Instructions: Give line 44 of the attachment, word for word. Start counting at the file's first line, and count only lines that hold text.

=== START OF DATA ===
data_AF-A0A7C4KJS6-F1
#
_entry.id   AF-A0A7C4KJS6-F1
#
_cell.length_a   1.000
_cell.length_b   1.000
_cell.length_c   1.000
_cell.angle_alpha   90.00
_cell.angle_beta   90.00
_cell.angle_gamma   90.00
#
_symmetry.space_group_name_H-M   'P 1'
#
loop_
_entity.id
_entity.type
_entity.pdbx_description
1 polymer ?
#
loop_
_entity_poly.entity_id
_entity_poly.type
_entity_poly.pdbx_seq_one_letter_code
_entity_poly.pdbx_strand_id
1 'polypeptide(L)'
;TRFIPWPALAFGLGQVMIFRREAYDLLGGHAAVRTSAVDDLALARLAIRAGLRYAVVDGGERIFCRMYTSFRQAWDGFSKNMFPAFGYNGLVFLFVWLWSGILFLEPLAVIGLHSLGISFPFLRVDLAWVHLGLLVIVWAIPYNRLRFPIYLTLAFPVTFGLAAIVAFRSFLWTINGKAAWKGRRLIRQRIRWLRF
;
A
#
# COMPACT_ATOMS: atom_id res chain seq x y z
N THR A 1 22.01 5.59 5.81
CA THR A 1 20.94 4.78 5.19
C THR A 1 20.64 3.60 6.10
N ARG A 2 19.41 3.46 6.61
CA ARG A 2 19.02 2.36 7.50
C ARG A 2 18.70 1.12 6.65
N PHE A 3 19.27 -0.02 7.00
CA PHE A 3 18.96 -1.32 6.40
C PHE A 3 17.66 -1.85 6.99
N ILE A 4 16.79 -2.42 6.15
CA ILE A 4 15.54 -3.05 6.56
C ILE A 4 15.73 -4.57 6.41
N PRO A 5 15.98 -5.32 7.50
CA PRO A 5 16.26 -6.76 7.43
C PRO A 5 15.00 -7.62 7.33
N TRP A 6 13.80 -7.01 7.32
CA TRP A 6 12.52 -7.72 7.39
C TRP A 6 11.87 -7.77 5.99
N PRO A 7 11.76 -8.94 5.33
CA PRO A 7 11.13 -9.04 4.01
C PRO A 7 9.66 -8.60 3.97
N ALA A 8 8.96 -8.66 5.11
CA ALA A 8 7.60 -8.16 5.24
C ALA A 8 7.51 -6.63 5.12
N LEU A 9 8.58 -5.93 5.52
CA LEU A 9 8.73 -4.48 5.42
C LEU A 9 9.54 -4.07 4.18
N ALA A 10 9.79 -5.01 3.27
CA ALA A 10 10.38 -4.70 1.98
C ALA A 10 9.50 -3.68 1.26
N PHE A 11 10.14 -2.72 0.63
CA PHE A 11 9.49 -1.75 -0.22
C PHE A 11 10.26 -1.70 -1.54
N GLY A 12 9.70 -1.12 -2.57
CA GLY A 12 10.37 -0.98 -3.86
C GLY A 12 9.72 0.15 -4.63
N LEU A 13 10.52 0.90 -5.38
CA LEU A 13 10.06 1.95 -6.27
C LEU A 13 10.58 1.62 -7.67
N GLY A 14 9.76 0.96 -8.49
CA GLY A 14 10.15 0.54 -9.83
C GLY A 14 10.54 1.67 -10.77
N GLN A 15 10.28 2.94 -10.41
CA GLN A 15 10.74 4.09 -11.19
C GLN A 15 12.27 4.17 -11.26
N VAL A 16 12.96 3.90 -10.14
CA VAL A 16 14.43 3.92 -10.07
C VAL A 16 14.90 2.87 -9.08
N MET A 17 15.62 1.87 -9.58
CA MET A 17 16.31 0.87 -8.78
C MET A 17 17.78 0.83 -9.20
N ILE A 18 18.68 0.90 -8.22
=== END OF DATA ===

CA PRO A 5 16.26 -6.76 7.43